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One has to wonder what Vincent felt. His admiration of Milliet as the epitome of a lover, the portrait’s placement in his bedroom, and his inadequate experiences with women, combine to make me think of Foreigner’s haunting lyrics:

In my life there’s been heartache and pain
I don’t know if I can face it again
Can’t stop now, I’ve traveled so far, to change this lonely life

I want to know what love is, I want you to show me
I want to feel what love is, I know you can show me

Foreigner – I Want To Know What Love Is Lyrics | MetroLyrics

Vincent, according to the Van Gogh Museum, eventually accepted that he was unlucky in love and turned to his ‘requited loves’ – art, nature and his brother Theo. Still, I wish he could have found a women with whom he could have known a deep and satisfying love.

Several artists have recorded “I Want To Know What Love Is.” Here is Mariah Carey’s beautiful 2009 performance:

The appearance of the gospel choir near the end of Carey’s performance is both true to the original song and important as we think about van Gogh. Mick Jones was interviewed after writing the hit song. In it, he reflected that, while the lyrics started on a personal level, he “ended up putting a gospel choir on it. And you know, realized suddenly that I’d written almost a spiritual song, almost a gospel song.” And spirituality brings us back to van Gogh’s bedroom and the second painting on his wall.

portrait-of-eugene-boch-1888largeThe second painting. Vincent’s painting, The Poet: Eugène Boch (right), was also on the wall of his bedroom. In a letter to his brother, van Gogh said, “I should like to paint the portrait of a fellow artist who dreams great dreams.” The artist was thinking of both love and infinity: “I would like to convey in the picture my appreciation, the love that I have for him.  […] Behind his head, instead of painting the ordinary wall of this shabby apartment, I will paint infinity, I will do a simple background of the richest blue, the most intense blue that I can create, and through this simple combination of the bright head against this rich, blue background, I will obtain a mysterious effect, like a star in the depths of an azure sky.”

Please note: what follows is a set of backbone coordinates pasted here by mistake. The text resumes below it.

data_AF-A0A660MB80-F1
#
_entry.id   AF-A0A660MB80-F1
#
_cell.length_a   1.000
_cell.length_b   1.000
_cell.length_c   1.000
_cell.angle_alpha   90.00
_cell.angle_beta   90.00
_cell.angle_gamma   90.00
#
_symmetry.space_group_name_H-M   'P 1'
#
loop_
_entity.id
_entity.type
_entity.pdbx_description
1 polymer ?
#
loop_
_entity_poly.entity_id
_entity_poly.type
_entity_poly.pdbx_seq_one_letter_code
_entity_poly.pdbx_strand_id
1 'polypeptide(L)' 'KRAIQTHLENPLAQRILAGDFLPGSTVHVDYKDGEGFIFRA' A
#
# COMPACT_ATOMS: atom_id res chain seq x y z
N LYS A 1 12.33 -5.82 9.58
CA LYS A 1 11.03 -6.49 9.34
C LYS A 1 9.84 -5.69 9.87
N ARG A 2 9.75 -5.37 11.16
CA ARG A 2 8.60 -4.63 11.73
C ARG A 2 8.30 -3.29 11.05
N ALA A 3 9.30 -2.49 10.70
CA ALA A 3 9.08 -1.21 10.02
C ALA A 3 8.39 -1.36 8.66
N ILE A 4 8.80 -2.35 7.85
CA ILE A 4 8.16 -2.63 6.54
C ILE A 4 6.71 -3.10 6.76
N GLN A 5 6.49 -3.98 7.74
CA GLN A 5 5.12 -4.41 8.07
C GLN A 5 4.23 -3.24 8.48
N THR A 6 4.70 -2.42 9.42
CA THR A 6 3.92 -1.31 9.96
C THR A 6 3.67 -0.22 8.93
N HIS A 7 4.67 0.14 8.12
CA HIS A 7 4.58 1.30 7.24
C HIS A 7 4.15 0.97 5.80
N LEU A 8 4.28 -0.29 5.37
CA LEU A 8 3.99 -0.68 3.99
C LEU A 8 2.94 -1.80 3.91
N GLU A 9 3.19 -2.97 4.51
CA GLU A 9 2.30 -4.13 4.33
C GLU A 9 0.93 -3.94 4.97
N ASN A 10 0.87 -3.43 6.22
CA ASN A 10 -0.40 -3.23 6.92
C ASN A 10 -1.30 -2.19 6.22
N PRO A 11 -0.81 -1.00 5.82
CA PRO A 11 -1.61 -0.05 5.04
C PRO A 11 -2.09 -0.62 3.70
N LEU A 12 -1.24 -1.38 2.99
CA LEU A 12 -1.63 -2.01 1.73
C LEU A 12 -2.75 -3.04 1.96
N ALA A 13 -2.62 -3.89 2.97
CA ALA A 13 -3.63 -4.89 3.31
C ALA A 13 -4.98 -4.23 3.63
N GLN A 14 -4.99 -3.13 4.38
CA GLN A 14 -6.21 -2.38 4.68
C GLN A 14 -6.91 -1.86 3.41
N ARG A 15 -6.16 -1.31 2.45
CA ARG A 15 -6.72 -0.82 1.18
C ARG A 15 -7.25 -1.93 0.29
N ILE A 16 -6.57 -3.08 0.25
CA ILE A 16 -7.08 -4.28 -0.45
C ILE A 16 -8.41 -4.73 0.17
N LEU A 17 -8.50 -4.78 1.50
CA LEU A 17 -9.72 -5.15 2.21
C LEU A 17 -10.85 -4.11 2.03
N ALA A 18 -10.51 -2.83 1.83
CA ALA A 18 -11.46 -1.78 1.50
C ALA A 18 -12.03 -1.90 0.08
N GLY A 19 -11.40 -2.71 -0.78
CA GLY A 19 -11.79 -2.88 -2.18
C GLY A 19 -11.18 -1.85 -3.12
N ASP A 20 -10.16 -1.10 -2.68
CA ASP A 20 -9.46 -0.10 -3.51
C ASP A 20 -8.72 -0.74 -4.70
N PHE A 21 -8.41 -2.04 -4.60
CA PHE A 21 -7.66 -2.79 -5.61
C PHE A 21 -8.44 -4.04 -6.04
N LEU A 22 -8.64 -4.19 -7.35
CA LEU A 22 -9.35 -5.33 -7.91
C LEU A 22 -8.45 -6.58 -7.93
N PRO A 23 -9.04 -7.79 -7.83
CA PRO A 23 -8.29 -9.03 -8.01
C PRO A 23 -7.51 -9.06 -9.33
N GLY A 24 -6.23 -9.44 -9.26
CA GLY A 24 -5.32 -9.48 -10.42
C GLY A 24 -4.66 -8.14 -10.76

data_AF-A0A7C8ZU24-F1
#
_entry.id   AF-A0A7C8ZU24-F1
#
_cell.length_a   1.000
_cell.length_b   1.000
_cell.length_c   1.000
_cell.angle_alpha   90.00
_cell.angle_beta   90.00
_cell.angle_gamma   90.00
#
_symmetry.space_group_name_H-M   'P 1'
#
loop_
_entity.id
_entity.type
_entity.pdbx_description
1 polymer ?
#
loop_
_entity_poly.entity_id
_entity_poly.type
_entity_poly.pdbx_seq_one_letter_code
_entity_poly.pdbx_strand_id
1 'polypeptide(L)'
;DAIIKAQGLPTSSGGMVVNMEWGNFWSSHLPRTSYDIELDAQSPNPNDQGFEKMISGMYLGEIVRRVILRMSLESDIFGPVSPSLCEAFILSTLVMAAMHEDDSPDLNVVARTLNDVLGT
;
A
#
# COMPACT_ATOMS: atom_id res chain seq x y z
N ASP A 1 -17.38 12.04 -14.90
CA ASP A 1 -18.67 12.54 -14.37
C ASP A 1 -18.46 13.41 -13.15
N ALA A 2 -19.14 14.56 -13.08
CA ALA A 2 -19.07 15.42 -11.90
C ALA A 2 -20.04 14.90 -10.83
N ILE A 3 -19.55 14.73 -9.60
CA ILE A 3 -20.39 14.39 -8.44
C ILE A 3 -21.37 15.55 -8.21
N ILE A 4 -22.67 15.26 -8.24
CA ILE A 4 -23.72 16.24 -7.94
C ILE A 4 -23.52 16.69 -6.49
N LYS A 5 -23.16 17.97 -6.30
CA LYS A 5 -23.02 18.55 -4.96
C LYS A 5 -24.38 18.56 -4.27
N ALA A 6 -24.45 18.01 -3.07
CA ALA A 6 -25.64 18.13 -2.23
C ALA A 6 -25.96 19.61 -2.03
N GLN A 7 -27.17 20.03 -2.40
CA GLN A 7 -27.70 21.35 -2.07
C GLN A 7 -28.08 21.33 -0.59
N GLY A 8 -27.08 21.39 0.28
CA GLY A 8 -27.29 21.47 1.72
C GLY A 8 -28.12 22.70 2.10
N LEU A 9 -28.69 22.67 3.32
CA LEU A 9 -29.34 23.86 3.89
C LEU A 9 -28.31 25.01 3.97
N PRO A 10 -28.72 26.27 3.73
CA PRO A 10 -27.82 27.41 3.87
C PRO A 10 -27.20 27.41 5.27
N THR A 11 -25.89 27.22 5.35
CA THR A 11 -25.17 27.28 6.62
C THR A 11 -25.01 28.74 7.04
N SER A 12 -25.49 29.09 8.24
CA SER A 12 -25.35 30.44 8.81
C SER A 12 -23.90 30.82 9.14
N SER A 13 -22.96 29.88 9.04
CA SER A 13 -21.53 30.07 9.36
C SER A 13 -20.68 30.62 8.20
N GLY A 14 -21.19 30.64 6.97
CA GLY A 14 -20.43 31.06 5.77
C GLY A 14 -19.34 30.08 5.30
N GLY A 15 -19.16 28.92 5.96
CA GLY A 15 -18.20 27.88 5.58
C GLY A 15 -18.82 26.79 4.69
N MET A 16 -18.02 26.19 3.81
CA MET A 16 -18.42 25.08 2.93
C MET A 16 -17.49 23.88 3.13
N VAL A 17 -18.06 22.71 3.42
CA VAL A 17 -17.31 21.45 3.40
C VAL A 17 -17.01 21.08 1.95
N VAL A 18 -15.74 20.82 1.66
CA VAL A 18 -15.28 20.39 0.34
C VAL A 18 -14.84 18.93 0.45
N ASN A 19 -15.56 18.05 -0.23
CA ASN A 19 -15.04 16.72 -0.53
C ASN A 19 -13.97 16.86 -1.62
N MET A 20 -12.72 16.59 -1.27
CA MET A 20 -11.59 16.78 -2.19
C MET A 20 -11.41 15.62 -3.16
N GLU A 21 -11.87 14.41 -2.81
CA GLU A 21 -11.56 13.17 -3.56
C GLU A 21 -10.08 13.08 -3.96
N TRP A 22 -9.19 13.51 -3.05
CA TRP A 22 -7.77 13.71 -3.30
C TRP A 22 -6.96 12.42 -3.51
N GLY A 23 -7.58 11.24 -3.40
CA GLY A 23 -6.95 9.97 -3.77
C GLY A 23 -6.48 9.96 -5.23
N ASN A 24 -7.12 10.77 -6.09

Vincent was always seeking a connection to the infinite and the spiritual; his work is infused with those themes. I find comfort in knowing that–no matter how his relationships with women went–in his bedroom Vincent also found love in the broadest–indeed, infinite–sense.

I would love to know what you think–leave a comment below if you want.

– Ted Macaluso

Note: There will not be a Painting Mondays post next week as I am going on vacation. I know this may be hard for some, but have faith: the blog will return in two weeks.

If you haven’t yet seen Vincent, Theo and the Fox, you can check it out here.

 

Lyrics © Sony/ATV Music Publishing LLC, Universal Music Publishing Group. All other text © 2016 by Ted Macaluso. May be freely reproduced provided attribution to http://www.tedmacaluso.com is included.